¶ 18  THE COURT:  Okay. Thank you.

¶ 19  MR PENNEY:  Thank you, Your Honour.

¶ 20  CROWN:  On October 3rd, 2013, at approximately 9:20 in the morning, the complainant was travelling in lane two of westbound Sheppard Avenue approaching the interaction of Doris Avenue in Toronto. The complainant realized that he had to travel northbound on Doris Avenue and needed to change lanes from lane two to the right hand turn lane to go northbound on Doris Avenue. The complainant noticed that there was a space in front of the accused's vehicle and merged in front of that vehicle. This upset Mr. W. and he began to honk his horn numerous times.

¶ 21  The complainant observed Mr. W. made hand gestures in the shape of a gun at him. He then yelled out, "I'm going to kill you." The complainant's window was down at the time and heard Mr. W. say this clearly. When the complainant and accused traveled north on Doris Avenue, the traffic had stopped and so, so did the two of them. The complainant observed Mr. W. exit his vehicle, went up to the complainant as he too was exiting his car and Mr. W. grabbed the complainant around the neck with both hands. They struggled.

¶ 22  Mr. W. then returned to his vehicle and the complainant followed him to an underground parking lot and then contacted the police.

¶ 23  THE COURT:  And the proposed terms?

¶ 24  CROWN:  Twelve months, $500, no deposit, no surety. No contact with [the complainant]. No weapons as defined by the Criminal Code.

¶ 25  THE COURT:  Would you stand up, please, sir? Do you understand those terms, Mr. W.?

¶ 26  CLIENT:  Yes.

¶ 27  THE COURT:  And are you confident that you can abide by those terms?

¶ 28  CLIENT:  Yes.

¶ 29  THE COURT:  And you understand the consequences of not abiding by those terms as I've discussed them with you?

¶ 30  CLIENT:  Absolutely.

¶ 31  THE COURT:  Looking back, I'm not asking for any specific, is there a possibility that things might have been handled differently?

¶ 32  CLIENT:  Well I would say...

¶ 33  THE COURT:  I'm not asking you to say anything. It's just a rhetorical question.

¶ 34  CLIENT:  Yes. Yes, I know. Okay. Sorry.

¶ 35  THE COURT:  I'm satisfied there's a basis for the peace bond to issue. So once I hand this down to you, I'm going to ask you to read it over, please. Mr. W., read it with Mr. Penney. Satisfy yourself that it says what Ms Rodopoulos says which I adopt. If you're satisfied that it says that, then please sign it and press hard because there are three copies to sign. Okay. .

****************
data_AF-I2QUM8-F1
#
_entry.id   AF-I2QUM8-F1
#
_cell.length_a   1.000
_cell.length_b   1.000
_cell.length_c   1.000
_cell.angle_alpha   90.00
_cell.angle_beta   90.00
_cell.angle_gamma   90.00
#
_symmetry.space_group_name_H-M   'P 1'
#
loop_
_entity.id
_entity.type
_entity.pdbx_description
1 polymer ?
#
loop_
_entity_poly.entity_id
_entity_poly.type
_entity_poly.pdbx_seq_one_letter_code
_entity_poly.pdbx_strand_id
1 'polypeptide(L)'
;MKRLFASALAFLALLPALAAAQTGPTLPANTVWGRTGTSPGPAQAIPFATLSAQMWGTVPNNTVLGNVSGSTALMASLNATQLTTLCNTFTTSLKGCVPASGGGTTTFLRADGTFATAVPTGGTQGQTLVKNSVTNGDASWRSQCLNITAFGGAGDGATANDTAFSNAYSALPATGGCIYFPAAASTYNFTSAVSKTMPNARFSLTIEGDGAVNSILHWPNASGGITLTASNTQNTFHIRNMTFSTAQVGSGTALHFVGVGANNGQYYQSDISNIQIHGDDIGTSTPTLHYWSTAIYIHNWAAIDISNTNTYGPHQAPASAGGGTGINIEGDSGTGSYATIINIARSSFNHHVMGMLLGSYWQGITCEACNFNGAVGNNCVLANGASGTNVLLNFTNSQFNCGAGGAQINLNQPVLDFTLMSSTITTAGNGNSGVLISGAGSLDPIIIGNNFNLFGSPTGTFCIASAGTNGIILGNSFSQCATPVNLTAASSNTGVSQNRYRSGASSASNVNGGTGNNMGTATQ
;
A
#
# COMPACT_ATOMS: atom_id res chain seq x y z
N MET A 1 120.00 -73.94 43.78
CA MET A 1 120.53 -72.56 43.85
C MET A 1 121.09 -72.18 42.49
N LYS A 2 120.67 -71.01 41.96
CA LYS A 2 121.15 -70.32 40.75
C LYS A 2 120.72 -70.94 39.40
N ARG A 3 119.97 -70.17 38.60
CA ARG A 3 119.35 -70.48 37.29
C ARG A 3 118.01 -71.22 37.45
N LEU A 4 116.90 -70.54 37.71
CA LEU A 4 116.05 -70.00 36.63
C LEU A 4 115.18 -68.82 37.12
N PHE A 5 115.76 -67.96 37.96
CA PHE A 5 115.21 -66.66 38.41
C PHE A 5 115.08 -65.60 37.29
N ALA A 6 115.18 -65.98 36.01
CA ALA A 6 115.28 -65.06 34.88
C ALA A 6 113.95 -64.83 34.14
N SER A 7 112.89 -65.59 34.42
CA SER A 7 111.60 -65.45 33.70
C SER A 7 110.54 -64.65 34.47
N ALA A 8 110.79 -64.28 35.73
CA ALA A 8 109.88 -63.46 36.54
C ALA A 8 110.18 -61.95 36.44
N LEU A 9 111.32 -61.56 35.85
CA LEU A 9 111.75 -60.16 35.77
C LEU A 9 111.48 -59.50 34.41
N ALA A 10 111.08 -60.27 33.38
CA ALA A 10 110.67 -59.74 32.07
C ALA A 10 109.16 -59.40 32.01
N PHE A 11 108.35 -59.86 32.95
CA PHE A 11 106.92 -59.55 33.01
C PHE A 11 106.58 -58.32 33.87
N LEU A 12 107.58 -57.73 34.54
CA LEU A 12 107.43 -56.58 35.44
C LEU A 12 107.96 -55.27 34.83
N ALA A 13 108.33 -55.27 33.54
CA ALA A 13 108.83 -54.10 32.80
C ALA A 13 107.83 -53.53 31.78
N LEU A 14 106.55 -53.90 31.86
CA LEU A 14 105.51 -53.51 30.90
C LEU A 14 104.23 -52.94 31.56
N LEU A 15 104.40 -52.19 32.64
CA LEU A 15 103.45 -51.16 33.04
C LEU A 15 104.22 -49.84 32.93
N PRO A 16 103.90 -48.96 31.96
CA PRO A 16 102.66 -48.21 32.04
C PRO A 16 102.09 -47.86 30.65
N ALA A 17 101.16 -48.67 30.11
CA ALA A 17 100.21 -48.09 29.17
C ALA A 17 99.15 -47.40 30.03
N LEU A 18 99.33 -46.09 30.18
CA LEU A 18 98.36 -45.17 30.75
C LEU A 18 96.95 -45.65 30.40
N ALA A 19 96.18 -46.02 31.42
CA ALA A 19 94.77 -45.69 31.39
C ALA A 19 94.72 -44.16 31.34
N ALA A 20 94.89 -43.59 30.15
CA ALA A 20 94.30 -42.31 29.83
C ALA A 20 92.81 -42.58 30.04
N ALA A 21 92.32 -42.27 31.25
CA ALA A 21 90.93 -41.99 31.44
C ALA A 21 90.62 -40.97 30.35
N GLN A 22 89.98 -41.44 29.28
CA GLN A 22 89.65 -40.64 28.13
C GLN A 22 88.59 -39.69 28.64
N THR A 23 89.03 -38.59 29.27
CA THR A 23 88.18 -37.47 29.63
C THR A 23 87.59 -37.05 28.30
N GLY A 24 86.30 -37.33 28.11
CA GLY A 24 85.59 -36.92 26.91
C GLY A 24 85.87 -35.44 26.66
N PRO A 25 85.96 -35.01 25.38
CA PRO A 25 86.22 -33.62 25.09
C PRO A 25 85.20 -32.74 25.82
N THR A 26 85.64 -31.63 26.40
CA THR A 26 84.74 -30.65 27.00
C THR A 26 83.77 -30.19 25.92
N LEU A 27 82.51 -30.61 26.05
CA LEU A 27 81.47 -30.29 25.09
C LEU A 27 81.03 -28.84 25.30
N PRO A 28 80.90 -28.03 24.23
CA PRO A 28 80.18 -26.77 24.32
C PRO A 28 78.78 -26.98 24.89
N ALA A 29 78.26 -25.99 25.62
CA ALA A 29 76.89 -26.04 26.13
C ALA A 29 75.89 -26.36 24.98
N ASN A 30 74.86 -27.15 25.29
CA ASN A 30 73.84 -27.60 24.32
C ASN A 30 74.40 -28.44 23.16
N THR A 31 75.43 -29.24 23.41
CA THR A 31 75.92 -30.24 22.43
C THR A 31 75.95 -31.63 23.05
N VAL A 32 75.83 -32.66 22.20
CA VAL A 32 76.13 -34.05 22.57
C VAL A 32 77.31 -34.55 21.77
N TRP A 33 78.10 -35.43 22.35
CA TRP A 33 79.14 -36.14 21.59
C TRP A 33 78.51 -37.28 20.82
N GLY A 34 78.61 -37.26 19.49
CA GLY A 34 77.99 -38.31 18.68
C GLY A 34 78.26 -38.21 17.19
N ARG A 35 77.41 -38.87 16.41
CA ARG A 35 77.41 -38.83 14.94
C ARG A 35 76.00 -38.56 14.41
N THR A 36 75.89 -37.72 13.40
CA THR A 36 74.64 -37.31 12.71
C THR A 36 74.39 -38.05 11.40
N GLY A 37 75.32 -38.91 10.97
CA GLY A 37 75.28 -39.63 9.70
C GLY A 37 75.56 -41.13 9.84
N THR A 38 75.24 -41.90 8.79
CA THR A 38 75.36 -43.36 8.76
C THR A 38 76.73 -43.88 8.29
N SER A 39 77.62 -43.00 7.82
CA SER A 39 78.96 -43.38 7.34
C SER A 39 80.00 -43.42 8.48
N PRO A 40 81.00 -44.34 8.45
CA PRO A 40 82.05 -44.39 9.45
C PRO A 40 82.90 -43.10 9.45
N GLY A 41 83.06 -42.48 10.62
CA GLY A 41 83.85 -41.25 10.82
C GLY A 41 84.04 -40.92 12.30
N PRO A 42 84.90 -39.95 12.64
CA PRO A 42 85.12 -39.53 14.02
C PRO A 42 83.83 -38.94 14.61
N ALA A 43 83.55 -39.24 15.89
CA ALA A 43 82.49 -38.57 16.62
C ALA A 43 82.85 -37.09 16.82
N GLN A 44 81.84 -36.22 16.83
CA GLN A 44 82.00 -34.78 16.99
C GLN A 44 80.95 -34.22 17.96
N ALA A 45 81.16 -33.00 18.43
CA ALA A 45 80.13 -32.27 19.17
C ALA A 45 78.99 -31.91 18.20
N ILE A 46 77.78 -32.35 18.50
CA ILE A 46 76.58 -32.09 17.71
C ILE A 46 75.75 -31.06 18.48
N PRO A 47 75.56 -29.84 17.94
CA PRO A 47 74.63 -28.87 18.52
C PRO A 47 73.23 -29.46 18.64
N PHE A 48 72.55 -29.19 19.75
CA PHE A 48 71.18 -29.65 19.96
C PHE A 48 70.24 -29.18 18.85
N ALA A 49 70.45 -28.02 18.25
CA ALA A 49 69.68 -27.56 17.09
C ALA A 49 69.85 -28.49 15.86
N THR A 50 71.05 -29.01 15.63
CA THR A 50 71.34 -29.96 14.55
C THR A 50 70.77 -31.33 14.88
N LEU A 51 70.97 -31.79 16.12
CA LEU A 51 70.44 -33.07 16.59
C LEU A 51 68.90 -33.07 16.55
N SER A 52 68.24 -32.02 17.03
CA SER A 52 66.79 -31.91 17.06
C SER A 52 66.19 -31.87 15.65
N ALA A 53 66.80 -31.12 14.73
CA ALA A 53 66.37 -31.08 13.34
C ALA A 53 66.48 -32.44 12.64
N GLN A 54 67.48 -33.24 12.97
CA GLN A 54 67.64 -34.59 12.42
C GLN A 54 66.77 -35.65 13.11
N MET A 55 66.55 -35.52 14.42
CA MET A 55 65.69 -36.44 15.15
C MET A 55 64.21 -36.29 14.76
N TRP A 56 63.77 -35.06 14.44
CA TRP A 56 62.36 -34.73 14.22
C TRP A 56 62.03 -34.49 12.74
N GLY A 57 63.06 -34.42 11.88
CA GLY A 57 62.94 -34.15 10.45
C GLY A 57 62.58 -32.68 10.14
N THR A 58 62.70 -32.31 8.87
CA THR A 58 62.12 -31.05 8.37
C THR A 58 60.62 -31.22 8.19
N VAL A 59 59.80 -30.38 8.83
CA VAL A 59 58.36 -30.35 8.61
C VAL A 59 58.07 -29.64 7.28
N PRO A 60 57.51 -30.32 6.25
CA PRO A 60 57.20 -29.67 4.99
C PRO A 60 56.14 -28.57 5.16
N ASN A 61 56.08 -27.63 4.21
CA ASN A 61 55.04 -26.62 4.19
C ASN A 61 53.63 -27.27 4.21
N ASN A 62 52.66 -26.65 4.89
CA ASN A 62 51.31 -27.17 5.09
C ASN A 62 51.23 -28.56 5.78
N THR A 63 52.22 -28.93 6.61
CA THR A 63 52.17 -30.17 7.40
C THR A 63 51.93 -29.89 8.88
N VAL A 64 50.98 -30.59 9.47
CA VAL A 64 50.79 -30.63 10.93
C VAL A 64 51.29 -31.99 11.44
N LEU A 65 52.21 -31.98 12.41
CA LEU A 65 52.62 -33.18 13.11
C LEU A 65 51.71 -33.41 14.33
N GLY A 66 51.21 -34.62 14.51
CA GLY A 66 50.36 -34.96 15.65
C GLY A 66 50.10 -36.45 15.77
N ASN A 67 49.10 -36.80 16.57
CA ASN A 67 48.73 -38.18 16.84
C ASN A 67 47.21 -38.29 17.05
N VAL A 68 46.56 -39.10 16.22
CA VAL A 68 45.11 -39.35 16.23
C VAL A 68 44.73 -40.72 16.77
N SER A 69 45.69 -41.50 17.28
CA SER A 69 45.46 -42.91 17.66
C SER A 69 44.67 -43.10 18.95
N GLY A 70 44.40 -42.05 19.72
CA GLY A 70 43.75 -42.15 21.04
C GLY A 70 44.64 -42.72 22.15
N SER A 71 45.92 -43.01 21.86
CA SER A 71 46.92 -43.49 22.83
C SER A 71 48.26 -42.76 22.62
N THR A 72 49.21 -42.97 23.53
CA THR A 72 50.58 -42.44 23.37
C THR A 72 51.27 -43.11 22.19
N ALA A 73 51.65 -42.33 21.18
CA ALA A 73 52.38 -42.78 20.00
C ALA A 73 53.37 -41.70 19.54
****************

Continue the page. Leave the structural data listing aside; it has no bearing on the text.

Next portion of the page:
¶ 36  MR PENNEY:  Your Honour, just for the record, I may — because I may have to order a transcript for requesting the destructions of the prints and photographs, if you can just read that over, Mr. W., I just want to clarify that there is no issue that Mr. W. was engaged in a verbal and physical altercation that he could have easily avoided, could have bettered handled. And the background to today is that he has completed the road rage program with the salvation army on his own initiative as well as he's done 10 sessions and individual counselling with, with the counsellor and all that information has been supplied to the Crown in advance and that is why the Crown exercised its discretion in the manner it did. Thank you

¶ 37  THE COURT:  Thank you, Mr. Penney.

¶ 38  MR PENNEY:  Thank you.

¶ 39  CROWN:  The peace bond has been signed. If the Criminal Code charges could be marked withdrawn please.

¶ 40  THE COURT:  So the Criminal Code charge against you has been withdrawn, Mr. W., that means a couple of things, one you are free to go. Two, any form of release that you had on this charge, the terms of that release, apply only to this charge are now no longer of any effect and good luck.

¶ 41  MR PENNEY:  Thank you. Your Honor.

¶ 42  THE COURT:  Thank you, Mr. Penney.

¶ 43  MR PENNEY:  Thank you.